COVID-19 News

HJF and partners will use PhysIQ's biosensors to study COVID-19 interventions

PhysIQ Inc., Johns Hopkins University, Duke University and The Henry M. Jackson Foundation for the Advancement of Military Medicine, Inc. (HJF), on May 4 announced a collaboration to deploy physIQ’s platform to support a clinical trial to evaluate investigational products for early treatment and post-exposure prophylaxis of COVID-19.

In this 18-month study, continuous monitoring with sophisticated personalized algorithms will be deployed to evaluate predictive power of physiologic signals to assess disease progression and provide early indication of infection. These signals will also support the evaluation of novel products for treatment and prevention of COVID-19.

PhysIQ, a company that specializes in collecting and analyzing continuous physiological data acquired from wearable biosensors, will deploy its pinpointIQ platform at Johns Hopkins University and Duke University in support of the study. Confirmed COVID-19 positive individuals and patients at high risk of exposure will wear a clinical-grade biosensor that continuously streams data to pinpointIQ where advanced FDA-cleared analytics will process the raw biosensor data. In addition to capturing continuous physiological data, patients will also use physIQ’s mobile application to submit pulse oximeter measurements and report symptoms.

Dr. Danielle Clark, Co-founder and Director of the Austere environments Consortium for Enhanced Sepsis Outcomes (ACESO) program, administered by HJF, is the protocol PI.

“Given the challenge of what appears to be an ever-evolving virus, the opportunity to deploy cutting-edge technology to study COVID-19 is paramount to ultimately understanding its progression and aid in the fight to defeat it,” Clark said. “This is our second clinical study with physIQ, and we are excited to expand our relationship by continuing to trial this innovative diagnostic technology.”

ACESO’s mission is to improve survival for patients with severe infections through development of host-based diagnostic and prognostic tools and evidence-based clinical management strategies.

Among the specific objectives of the study are to use continuous physiological data to characterize immune response to infection, evaluate novel machine-learning-enabled diagnostic and prognostic tools, and evaluate the efficacy of emergency investigational new drug therapies that may be administered to enrolled participants. For exploratory purposes, the study also seeks to identify baseline and longitudinal host and pathogen factors predictive of progression to guide clinical triage and treatment decision.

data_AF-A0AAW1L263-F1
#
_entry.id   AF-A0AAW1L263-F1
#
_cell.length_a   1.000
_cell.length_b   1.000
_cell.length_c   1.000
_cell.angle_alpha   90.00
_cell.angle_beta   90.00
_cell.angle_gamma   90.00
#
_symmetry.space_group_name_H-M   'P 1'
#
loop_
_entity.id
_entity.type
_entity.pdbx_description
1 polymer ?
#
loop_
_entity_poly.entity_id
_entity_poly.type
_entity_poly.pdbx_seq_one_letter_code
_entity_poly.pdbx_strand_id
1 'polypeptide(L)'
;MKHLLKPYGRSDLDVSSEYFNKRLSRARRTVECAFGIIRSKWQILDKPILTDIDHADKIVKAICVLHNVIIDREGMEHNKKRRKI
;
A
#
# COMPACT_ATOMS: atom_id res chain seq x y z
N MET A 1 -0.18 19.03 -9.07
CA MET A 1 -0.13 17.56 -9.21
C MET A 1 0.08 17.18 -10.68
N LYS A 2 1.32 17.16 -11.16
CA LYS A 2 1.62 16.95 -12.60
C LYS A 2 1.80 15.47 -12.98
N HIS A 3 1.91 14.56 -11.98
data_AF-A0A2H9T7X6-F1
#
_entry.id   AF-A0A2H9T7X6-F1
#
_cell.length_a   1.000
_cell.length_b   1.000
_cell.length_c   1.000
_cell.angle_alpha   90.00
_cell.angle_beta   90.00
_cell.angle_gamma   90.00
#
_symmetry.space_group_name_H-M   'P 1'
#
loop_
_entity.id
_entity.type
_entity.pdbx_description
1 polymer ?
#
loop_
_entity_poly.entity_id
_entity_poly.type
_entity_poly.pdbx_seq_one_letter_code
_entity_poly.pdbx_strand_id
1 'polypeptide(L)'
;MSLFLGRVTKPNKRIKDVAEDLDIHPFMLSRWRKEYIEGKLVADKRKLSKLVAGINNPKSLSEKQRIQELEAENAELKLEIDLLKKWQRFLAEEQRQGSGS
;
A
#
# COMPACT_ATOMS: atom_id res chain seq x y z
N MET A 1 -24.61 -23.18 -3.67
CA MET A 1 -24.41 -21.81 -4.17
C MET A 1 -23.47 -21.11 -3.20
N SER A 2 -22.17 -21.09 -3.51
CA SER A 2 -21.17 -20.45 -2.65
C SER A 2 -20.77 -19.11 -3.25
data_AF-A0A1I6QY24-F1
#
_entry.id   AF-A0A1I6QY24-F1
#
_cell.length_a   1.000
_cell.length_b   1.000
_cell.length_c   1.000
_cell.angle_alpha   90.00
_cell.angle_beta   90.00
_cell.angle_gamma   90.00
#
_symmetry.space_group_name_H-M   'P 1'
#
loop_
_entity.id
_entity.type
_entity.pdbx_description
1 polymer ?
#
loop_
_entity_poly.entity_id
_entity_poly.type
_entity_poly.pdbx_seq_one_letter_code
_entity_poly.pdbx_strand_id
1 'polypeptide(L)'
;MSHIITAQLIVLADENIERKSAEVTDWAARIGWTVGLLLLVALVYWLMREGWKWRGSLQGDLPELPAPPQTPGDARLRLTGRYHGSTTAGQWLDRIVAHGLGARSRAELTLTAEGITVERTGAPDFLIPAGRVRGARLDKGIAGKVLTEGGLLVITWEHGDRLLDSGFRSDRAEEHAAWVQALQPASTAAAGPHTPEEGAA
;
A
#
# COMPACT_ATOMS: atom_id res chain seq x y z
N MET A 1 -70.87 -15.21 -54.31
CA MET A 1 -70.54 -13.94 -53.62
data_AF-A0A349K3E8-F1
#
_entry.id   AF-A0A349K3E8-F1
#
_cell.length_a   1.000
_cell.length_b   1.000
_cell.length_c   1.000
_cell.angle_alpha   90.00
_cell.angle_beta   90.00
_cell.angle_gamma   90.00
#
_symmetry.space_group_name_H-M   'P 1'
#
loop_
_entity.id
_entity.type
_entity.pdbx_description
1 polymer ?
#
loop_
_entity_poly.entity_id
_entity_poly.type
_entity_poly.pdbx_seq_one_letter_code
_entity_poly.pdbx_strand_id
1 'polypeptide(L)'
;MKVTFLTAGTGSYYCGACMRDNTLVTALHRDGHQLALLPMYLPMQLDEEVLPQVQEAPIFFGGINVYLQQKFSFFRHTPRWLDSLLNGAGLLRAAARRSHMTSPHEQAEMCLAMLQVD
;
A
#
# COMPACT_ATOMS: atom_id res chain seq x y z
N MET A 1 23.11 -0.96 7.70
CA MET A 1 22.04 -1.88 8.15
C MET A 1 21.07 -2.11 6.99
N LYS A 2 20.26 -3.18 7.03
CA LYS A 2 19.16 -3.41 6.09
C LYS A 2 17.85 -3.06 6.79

“We are excited to expand our long standing collaborative work with Dr. Clark and team up with our collaborators at Duke and Johns Hopkins,” said Stephan Wegerich, physIQ’s Chief Science Officer. “This continued work will expand our understanding of COVID-19 infection severity trajectories and will provide the data necessary for developing a continuous, and objective biosensor-based analytic to serve as a proxy for subjective patient severity surveys.”

PhysIQ’s technology is currently being utilized in observational and interventional studies across multiple protocols. Given the nature of the continuous, near real-time data collection capability of the pinpointIQ platform, and because all data are stored and processed in the cloud, and available for viewing through a secure web-interface, clinicians have rapid access to the streaming data for use in patient monitoring and researchers have access to offline data to support ongoing COVID-19 related research initiatives.

This collaboration is funded by the Joint Program Executive Office for Chemical, Biological, Radiological and Nuclear Defense (JPEO-CBRND) on behalf of the Office of the Assistant Secretary of Defense for Health Affairs (OASD (HA)).

Read more: https://www.hjf.org/news/PhysIQ-partner-study-covid-19